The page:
We know what many of the chromosomes actually do. We also know that a tendency to develop various diseases can be found in specific positions on certain chromosomes.
By the same token, certain clusters of genes in certain locations on the chromosomes can indicate personality traits that emerge in someone who has not yet developed a disorder. Genetic clues that can perhaps predict the later onset of bipolar disorder and schizophrenia… and the list goes on.
Nicholas Pediaditakis, M.D.’s article in Psychiatric Times under the title, “The Dog That Did Not Bark,” explains how this might work. Sometimes, certain clusters of genes are missing… like if the “barking” genes are missing, it could result in a dog that doesn’t bark.
When that happens in people the genes that express themselves as personality traits, can create a “lopsided” personality, as he put it. So the genes that would express themselves as socially outgoing may be missing or sparse, which can show up in the person as aloofness or an aversion to social situations along with a sense of autonomy.
Of course, this is an oversimplification for our purposes in this post, but the point is that this person is “premorbid”(in the sense that he doesn’t have signs of a disorder yet), but his “lopsided” personality can be a signal of schizophrenia or bipolar disorder that may be lurking in the future.
Dr. Pediaditakis goes on to say that this premorbid asocial trait may result in a group of individuals who may be vulnerable and later turn out to develop schizophrenia or bipolar disorder. It’s sort of like a preview in the developing brain. He says,
“This synchrony is an emergent property of complexity. This probabilistic shift heralds the expression of the disorders and results in the development of characteristic symptoms for both schizophrenia and bipolar disorder.”
The Give and Take That Leads to Gifting and Brilliance
He also says that while both of these disorders tend to include psychosis at some point, there is also some trade off with traits that can be quite favorable.
For instance, since their personality doesn’t include social traits, it’s as though they’re able to think in terms of unconventional alternatives and distinguish original and revolutionary patterns …whether scientific, mathematical, artistic, or musical.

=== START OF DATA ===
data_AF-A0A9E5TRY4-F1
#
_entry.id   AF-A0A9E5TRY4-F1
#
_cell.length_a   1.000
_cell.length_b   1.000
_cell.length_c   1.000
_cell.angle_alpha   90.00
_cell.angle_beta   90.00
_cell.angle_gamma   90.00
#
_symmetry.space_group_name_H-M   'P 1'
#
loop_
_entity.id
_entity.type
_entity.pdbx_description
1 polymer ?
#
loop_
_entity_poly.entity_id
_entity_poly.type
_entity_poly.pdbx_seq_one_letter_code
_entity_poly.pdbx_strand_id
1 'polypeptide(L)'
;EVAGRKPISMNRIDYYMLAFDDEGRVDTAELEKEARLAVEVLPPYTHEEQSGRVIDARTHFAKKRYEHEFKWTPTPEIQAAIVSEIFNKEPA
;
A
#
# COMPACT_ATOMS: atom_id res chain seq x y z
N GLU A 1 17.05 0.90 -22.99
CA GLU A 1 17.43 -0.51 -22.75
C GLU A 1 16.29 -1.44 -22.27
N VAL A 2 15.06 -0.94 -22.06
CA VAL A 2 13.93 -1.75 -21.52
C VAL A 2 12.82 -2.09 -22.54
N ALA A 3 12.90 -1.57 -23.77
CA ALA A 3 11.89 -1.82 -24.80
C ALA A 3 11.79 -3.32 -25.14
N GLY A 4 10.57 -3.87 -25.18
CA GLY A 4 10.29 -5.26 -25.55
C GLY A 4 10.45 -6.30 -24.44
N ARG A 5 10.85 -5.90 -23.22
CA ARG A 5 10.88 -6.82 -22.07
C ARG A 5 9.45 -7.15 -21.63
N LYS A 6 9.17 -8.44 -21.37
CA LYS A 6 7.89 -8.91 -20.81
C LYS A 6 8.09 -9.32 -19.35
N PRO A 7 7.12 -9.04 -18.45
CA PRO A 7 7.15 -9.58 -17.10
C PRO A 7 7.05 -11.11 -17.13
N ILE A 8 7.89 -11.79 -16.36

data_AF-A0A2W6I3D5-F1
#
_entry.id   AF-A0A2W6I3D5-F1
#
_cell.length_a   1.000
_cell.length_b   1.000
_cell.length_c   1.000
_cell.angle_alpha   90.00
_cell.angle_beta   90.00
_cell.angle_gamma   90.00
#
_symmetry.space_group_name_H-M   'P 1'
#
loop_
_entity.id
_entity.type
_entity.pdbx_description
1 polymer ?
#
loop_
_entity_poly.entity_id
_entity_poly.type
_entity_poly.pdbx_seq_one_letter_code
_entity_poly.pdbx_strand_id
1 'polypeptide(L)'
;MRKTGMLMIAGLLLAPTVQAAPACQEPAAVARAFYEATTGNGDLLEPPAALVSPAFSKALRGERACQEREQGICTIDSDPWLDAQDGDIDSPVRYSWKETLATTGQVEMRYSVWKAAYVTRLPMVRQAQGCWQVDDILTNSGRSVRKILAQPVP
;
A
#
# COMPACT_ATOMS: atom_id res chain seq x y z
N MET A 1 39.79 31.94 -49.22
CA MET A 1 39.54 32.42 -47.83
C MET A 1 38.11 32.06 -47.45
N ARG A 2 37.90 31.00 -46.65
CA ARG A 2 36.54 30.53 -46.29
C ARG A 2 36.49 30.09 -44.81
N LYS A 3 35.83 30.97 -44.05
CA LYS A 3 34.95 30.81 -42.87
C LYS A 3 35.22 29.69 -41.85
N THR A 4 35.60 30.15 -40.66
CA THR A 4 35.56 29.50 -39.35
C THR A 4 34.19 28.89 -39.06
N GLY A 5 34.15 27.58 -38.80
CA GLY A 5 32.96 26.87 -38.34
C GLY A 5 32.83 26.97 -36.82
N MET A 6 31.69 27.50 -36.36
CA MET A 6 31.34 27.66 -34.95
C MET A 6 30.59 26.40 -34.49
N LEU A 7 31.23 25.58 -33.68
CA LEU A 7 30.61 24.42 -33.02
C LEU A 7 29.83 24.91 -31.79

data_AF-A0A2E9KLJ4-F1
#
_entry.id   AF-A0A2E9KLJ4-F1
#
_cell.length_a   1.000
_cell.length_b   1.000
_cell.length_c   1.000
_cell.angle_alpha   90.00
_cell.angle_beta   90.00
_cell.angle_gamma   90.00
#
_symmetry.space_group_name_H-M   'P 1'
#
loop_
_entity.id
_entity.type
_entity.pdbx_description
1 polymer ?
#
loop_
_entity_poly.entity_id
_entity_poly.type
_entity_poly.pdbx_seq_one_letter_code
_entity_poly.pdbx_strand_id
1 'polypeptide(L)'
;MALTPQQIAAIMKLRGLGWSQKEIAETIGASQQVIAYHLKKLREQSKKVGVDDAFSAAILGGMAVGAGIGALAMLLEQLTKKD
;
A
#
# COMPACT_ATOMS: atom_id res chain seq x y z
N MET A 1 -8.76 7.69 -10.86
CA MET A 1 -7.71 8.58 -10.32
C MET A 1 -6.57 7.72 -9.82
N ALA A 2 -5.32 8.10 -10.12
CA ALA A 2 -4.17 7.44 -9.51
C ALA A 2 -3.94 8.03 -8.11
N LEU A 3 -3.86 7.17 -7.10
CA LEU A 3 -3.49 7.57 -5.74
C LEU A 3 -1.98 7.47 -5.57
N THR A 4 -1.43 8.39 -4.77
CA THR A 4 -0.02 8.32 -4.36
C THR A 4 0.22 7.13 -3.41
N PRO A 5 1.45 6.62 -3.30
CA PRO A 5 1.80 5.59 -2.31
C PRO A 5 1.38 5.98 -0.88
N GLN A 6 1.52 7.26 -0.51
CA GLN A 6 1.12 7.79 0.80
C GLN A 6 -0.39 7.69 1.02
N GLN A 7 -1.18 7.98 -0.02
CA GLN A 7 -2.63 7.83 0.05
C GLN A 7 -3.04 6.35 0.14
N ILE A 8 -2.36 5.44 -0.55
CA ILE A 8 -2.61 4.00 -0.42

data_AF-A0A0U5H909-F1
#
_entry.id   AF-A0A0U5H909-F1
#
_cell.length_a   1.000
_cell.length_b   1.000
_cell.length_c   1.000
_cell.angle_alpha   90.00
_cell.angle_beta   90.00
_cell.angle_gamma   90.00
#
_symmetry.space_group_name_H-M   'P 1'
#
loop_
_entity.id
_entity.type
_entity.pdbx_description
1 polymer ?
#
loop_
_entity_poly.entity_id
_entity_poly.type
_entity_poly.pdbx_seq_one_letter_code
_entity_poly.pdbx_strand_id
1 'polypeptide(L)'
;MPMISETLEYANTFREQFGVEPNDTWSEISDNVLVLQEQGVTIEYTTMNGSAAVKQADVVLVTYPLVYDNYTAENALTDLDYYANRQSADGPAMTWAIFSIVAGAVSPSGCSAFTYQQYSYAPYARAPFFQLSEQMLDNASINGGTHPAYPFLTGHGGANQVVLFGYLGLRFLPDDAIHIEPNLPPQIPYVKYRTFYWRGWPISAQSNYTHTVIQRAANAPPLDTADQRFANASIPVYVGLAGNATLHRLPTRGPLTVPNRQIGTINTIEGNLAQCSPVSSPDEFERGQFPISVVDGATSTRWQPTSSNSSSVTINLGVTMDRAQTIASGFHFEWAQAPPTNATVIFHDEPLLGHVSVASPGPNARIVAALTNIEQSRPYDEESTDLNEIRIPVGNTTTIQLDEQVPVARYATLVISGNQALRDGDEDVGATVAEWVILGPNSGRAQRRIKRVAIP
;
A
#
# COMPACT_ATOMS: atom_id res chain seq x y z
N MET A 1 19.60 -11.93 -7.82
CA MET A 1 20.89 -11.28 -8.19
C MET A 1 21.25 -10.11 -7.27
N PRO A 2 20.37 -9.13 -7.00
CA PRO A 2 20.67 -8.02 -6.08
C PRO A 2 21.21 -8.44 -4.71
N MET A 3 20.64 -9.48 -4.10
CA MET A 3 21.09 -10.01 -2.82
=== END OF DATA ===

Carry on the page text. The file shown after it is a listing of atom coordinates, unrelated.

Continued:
Basically, since they have some freed up space in their head, they can also be remarkably gifted. Sound familiar?
It brings to mind the book and movie, “A Beautiful Mind,” about John Nash, Jr., the gifted mathematician who suffered from schizophrenia. And Vincent Van Gogh, the brilliant but tormented artist. And entertainers like Carrie Fisher, Mel Gibson, and Mariah Carey (to name just a few) who’ve struggled with bipolar disorder along with their creative brilliance.
There’s a physiological reason, one only identifiable by neuroscience, that these great talents are simultaneously struggling with a severe disorder, while also displaying their creative gifts. The two might actually be linked, if indirectly.
Neuroscience Leads the Way to Understanding More About These Disorders
Molecular genetics, functional neuroimaging, and translational neuroscience has made great advancements in the diagnosis and treatment of both bipolar disorder or schizophrenia. Stigma about disorders like these is dying a slow death… we hope, in time, it will disappear altogether.
And we hope that time comes soon.
Modern medical and neuroscience breakthroughs are exploding. And they raise the question: Can genetic clues really predict bipolar disorder and schizophrenia? There’s so much more we’re learning about brain circuitry, the hippocampus, the amygdala, the lateral habenula… and what is called translational neuroscience, where we take basic science research and translate it into clinical applications that help people. Like you, and the people you love.
In the meantime, if you’ve been diagnosed with bipolar disorder, and if the medicines prescribed for you haven’t helped, you need treatment that works.
You Deserve to Feel Better
Ketamine treatment can make a dramatic difference in managing your bipolar disorder by wrangling bipolar depression. Scores of people in your position have been relieved to discover the difference ketamine treatment makes.
If your medicines are helping, you’re in a wonderful position. You’re finding you’re able to live your life with less difficulty and build upon the things that matter to you. But if your medicines aren’t working, if you’re tormented, living in chaos, and unable to invest in your job or relationships because of your symptoms, call us.
At Innovative Psychiatry, we see people with bipolar disorder get much better all the time. Because lifting them out of depression that just hasn’t wanted to budge is a game-changer. When ketamine relieves depression, there is so much more time and energy left for managing your life.
We’re here to see that you get the help you need to enjoy your life, build up what’s broken down, and relish your friends, your family, and your work, as well.
It can get better for you. You’ll see.